In 1998, Tom and Eileen Lonergan headed to the Great Barrier Reef in Australia with a scuba diving group. The couple from Baton Rouge was accidentally left behind, missed during a shoddy headcount. The Lonergans were never found. It’s believed they died at sea (from dehydration or sharks), although conspiracy theories abound about their disappearance. “[Tom] hopes to die a quick and painly [sic] death, and he hopes it happens soon. Tom’s not suicidal, but he’s got a death wish that could lead him to what he desires and I could get caught in that,” Eileen wrote in her diary only two weeks before their trip. This led to theories about a murder-suicide. Those claims were eventually ruled out, and the skipper of the dive boat was charged with their killing, only to be later found not guilty. Chris Kentis’ 2003 film Open Water, filmed with live sharks and relocated to the Atlantic Ocean, was inspired by the haunting story.
The Girl Next Door
Based on Jack Ketchum’s 1989 novel of the same name, The Girl Next Door restaged the harrowing events that led to the 1965 torture and murder of Sylvia Likens in Indianapolis. That year, carnival workers Lester and Betty Likens paid Gertrude Baniszewski meager wages to care for their teenage daughters, Sylvia and Jenny. The troubled and disgruntled Baniszewski targeted Sylvia with verbal and physical abuse, encouraging her children and the neighborhood kids to join in. Sylvia was later confined to the basement, tortured, and murdered. The 2007 film adaptation of her story is chilling — even for Stephen King who said: “The first authentically shocking American film I’ve seen since Henry: Portrait of a Serial Killer over 20 years ago. If you are easily disturbed, you should not watch this movie. If, on the other hand, you are prepared for a long look into hell, suburban style, The Girl Next Door will not disappoint. This is the dark-side-of-the-moon version of Stand by Me.”
In Sidney J. Furie’s Satanic Panic-era film The Entity, Barbara Hershey starred as the real-life single mom of four from Culver City, California who claimed to be a victim of demonic rape. The film is based on Frank De Felitta’s 1978 bestseller, about the spectral torment of Carla Moran. The terrifying incidents Moran experienced proved too much for Hollywood. A disturbing dream sequence involving references to incest (the real-life Carla stated these thoughts were forced on her by the demon) was cut. Entity star David Labiosa, who played Carla’s son in the film, broke his arm during the shoot in the same manner that Carla’s real-life son broke his arm. The movie concludes with an epilogue that isn’t exactly true — at least according to paranormal researchers. IMDb confirms:
The film’s closing epilogue states: “The film you have just seen is a fictionalized account of a true incident which took place in Los Angeles, California, in October 1976. It is considered by psychic researchers to be one of the most extraordinary cases in the history of parapsychology. The real Carla Moran is today living in Texas with her children. The attacks, though decreased in both frequency and intensity…continue”. According to an update by the Conneticut Paranormal Research Society web-page article The Carla Moran Story – “The Entity”, “The woman [Carla Moran] moved five times, but the attacking entity followed her. She eventually moved further away. As she moved…the phenomena diminished, and after about two years the attacks stopped altogether.”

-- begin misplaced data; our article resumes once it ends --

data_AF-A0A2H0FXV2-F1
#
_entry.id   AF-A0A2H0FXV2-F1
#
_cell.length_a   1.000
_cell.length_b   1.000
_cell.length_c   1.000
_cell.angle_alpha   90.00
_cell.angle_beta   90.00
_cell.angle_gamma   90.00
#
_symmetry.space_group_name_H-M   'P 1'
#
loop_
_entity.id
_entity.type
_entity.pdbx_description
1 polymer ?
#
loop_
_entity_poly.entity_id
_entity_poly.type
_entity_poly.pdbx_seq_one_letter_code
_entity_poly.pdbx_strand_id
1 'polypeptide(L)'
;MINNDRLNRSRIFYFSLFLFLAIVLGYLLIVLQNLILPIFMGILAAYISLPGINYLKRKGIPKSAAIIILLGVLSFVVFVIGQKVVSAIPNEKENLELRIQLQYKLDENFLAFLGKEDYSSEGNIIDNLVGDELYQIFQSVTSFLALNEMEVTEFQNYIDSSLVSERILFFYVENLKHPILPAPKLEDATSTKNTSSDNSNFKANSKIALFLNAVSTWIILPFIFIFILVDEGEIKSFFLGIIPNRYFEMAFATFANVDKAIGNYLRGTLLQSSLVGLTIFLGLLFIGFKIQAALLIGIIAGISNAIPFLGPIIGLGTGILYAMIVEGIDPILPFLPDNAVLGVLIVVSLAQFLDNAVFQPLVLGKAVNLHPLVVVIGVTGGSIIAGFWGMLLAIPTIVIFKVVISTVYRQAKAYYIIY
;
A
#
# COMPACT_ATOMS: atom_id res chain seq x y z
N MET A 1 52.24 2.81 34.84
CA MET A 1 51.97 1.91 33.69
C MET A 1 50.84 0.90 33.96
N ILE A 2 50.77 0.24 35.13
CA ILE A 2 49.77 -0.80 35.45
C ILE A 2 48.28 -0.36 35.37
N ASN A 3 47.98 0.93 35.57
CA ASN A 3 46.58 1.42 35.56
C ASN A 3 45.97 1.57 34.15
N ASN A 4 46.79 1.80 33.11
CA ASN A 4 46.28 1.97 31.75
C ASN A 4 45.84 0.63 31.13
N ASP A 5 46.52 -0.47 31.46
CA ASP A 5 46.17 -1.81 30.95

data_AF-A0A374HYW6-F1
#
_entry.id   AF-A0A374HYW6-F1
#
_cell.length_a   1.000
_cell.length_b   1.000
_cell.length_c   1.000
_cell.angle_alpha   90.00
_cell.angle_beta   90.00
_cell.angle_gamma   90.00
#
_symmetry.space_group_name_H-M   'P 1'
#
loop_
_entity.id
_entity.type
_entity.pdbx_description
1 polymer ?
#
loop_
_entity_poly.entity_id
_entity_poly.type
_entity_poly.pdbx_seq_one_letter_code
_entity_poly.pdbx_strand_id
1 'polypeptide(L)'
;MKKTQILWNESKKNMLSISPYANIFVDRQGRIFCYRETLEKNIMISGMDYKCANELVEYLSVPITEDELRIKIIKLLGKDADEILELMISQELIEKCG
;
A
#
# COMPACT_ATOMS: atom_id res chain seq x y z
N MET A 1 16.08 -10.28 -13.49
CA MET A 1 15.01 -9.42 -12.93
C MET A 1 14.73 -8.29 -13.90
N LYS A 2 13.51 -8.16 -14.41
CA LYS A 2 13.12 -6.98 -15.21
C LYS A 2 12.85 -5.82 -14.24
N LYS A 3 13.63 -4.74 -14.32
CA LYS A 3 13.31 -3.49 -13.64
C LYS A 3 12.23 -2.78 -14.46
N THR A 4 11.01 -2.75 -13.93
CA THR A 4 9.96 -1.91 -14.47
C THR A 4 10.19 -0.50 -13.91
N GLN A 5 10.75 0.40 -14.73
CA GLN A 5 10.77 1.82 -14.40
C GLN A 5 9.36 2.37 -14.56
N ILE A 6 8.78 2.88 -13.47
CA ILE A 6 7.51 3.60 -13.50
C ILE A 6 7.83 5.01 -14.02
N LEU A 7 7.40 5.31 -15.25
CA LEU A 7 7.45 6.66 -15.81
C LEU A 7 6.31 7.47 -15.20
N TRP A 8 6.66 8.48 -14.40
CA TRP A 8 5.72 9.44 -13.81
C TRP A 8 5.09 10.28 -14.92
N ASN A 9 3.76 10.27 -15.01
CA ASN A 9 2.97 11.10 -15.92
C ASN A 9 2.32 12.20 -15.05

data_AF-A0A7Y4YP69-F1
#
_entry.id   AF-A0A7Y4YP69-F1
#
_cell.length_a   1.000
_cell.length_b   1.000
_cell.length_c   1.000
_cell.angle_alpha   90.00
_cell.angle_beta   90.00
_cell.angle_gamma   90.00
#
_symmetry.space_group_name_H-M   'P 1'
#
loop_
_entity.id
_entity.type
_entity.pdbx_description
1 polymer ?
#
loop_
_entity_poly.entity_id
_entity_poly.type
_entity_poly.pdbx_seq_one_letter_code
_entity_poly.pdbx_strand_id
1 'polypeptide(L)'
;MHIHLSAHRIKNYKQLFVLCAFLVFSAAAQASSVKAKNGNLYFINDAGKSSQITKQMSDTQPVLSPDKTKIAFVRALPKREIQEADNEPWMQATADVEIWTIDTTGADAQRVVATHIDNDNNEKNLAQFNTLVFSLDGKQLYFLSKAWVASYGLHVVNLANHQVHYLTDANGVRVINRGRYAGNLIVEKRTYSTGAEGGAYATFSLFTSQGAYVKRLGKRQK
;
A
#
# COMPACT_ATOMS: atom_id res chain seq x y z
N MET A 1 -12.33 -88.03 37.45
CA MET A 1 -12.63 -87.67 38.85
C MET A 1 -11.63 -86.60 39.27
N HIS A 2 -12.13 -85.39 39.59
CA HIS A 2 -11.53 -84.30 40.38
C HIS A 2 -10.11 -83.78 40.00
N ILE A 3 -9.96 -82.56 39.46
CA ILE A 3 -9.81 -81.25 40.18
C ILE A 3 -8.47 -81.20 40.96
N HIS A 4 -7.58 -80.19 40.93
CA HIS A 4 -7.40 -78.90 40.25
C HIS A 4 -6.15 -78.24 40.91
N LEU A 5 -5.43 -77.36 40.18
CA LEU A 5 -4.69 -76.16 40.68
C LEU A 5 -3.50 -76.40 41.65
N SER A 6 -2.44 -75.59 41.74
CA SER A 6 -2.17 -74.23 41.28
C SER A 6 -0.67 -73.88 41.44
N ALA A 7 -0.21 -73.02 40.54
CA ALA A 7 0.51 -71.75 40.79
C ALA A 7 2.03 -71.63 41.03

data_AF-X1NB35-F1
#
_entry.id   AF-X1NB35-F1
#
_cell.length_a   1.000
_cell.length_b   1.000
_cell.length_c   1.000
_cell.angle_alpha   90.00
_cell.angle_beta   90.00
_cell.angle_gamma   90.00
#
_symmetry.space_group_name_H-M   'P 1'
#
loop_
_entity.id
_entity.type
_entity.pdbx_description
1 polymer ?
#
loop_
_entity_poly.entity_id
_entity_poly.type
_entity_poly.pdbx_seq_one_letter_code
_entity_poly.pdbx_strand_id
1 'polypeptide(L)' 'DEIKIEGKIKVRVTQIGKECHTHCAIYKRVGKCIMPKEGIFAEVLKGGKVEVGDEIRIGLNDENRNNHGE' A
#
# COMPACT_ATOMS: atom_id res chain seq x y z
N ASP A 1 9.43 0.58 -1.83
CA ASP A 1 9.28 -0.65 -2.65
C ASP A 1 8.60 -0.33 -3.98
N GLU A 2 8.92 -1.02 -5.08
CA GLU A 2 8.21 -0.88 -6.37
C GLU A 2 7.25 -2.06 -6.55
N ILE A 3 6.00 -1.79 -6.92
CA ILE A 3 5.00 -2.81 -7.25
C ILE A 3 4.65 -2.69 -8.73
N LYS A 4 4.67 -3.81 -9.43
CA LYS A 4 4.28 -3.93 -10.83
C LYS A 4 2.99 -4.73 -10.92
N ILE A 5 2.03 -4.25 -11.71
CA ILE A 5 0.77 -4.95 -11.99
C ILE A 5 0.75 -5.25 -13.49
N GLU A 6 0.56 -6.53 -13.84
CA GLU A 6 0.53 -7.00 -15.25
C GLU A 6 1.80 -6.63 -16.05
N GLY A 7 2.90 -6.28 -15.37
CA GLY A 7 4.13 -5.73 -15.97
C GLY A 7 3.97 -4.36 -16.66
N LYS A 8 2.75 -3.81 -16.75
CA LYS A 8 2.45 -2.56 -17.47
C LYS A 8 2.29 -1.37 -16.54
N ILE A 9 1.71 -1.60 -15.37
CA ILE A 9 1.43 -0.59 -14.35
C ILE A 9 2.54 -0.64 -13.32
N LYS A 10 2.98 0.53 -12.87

During the 1990s, serial killer Ivan Milat abducted, raped, and murdered multiple backpackers in Australia. Greg McLean based his 2005 Aussie horror film Wolf Creek on the backpacker murders, but the movie didn’t start out that way. McLean intended to make a simple slasher film. As the Milat case took over the media, he shifted his focus to a killer inspired by Milat — a seemingly helpful character who is secretly a murderer. During the film’s release, the courts didn’t want McLean’s movie to have any influence over the trial, so an injunction was placed against the movie to delay screenings. Wolf Creek was also inspired by the murder case surrounding killer Bradley John Murdoch, whose victim’s body was never found.
The Exorcism of Emily Rose
Anneliese Michel died at only 23 years old. The young German woman experienced years of torment, convinced she was possessed by demons. She was malnourished and dehydrated at the end of her life, leading to a media-hyped court case against her parents and the priests who performed a Catholic exorcism on Anneliese (finding the parents and two priests guilty of manslaughter, though the sentencing was later suspended). While supposedly possessed, Michel ate spiders and coal, bit the head off a dead bird, drank her own urine, performed hundreds of squats a day, and tore her clothes off. She heard voices, saw the devil’s face everywhere, and couldn’t stand the sight of a crucifix. Medical intervention only seemed to make the problems worse, so the devout Catholic turned to the church for help. Scott Derrickson’s The Exorcism of Emily Rose is based on the Michel case, and presents different sides to the supernatural argument. Today, Catholics make pilgrimages to Michel’s grave.